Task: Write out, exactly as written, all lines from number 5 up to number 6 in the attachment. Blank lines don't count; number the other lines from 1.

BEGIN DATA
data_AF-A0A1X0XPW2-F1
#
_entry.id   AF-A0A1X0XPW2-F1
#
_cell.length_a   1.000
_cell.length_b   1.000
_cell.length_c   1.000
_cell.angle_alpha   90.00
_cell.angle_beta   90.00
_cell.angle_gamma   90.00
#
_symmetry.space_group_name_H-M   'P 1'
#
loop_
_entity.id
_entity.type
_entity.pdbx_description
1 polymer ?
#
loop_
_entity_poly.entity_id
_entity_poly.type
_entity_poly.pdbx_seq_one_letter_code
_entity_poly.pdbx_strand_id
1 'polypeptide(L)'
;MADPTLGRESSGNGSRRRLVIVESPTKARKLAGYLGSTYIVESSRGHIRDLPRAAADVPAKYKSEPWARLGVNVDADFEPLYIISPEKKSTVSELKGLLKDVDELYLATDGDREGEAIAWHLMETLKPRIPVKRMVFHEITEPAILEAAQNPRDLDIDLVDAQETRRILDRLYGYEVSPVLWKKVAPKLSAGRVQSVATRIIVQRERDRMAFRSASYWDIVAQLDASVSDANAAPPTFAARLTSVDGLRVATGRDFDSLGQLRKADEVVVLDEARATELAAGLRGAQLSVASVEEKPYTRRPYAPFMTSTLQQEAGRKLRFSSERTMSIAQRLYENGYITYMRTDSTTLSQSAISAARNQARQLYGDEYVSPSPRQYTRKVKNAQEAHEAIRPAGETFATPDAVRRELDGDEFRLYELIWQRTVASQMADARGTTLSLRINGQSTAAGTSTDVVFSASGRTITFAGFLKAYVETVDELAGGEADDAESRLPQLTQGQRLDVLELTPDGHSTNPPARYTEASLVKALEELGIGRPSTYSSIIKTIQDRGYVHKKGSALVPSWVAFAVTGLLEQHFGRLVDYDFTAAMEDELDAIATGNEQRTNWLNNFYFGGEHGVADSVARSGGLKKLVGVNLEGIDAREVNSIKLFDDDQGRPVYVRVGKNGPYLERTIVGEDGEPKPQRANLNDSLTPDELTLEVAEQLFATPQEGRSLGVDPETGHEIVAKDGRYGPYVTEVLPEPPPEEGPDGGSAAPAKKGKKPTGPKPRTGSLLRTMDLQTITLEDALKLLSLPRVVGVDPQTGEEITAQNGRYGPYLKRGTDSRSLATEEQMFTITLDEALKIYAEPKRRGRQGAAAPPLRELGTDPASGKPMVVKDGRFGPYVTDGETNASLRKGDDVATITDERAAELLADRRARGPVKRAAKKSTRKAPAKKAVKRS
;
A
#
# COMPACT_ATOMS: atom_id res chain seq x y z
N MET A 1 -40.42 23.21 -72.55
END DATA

_cell.length_a   1.000
_cell.length_b   1.000